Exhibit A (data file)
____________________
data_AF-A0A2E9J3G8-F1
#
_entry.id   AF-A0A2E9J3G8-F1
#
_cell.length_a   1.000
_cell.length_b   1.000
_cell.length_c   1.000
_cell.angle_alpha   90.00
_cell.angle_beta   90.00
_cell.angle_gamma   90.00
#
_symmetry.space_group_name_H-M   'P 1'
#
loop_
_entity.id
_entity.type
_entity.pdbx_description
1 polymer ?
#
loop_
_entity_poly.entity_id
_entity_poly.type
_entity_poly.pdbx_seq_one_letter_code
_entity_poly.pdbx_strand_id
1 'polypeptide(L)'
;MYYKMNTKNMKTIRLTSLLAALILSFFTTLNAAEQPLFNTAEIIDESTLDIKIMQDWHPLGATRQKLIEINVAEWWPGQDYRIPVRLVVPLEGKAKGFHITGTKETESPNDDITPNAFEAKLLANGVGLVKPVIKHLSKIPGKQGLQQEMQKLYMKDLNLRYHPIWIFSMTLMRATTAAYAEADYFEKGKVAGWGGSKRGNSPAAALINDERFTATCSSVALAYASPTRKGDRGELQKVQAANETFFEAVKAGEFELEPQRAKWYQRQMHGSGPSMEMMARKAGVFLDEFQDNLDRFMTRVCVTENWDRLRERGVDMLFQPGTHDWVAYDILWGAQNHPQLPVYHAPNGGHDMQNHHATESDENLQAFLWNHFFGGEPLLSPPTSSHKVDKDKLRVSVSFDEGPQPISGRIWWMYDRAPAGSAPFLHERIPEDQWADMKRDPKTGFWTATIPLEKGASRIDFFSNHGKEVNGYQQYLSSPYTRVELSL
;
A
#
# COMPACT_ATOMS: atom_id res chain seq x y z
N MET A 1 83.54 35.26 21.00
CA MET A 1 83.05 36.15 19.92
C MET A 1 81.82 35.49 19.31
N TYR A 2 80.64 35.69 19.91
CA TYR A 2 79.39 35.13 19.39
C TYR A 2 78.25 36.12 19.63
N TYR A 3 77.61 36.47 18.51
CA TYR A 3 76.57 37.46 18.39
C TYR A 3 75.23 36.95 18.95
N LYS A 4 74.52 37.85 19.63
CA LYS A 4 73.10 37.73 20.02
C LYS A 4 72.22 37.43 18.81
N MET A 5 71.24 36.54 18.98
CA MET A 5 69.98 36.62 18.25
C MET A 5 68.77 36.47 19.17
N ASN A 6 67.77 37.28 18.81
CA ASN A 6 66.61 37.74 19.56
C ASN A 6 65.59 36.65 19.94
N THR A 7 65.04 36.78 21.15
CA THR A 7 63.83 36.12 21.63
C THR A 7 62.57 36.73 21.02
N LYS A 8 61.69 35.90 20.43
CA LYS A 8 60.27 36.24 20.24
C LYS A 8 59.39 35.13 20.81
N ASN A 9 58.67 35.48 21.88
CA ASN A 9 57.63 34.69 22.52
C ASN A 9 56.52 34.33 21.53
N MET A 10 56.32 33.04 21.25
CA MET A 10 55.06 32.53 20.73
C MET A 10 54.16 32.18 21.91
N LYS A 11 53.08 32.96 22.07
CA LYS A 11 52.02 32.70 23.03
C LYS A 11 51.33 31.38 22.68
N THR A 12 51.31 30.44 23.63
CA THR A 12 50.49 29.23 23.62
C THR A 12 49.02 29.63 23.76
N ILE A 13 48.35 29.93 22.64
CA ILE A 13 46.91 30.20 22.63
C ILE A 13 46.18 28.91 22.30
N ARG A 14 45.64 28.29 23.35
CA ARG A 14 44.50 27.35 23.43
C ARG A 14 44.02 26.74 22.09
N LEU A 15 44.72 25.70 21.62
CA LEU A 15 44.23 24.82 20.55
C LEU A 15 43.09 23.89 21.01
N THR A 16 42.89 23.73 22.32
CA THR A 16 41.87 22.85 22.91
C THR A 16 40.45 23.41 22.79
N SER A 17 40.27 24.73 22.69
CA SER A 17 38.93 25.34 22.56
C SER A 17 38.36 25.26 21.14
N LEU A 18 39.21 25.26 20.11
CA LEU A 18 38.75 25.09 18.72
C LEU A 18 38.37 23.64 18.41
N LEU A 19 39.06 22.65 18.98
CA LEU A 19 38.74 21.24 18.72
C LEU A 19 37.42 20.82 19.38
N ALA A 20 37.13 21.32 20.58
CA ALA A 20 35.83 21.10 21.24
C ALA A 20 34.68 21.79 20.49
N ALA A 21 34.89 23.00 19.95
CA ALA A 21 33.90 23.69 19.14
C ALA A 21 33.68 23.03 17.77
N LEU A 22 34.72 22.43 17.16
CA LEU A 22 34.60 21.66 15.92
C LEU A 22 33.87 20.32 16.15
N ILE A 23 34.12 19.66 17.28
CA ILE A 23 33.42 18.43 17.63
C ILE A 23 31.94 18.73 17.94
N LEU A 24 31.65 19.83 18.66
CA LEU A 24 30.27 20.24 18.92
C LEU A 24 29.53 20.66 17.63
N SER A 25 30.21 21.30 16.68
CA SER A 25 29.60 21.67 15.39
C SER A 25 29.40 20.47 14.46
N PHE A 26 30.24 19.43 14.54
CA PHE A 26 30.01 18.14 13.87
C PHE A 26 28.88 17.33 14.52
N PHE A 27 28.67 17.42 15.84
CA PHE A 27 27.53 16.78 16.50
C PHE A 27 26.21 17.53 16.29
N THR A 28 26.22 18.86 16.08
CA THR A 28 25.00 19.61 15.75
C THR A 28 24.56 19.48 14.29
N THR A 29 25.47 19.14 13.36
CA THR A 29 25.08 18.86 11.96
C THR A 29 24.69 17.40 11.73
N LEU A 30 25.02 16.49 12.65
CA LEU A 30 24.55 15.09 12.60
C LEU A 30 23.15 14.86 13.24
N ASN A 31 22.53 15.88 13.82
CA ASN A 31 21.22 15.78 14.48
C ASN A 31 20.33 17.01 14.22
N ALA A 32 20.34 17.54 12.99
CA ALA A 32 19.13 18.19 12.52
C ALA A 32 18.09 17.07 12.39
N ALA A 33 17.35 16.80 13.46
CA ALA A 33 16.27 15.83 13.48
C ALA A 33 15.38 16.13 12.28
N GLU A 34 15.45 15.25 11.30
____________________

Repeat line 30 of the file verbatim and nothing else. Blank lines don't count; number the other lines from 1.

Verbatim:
# COMPACT_ATOMS: atom_id res chain seq x y z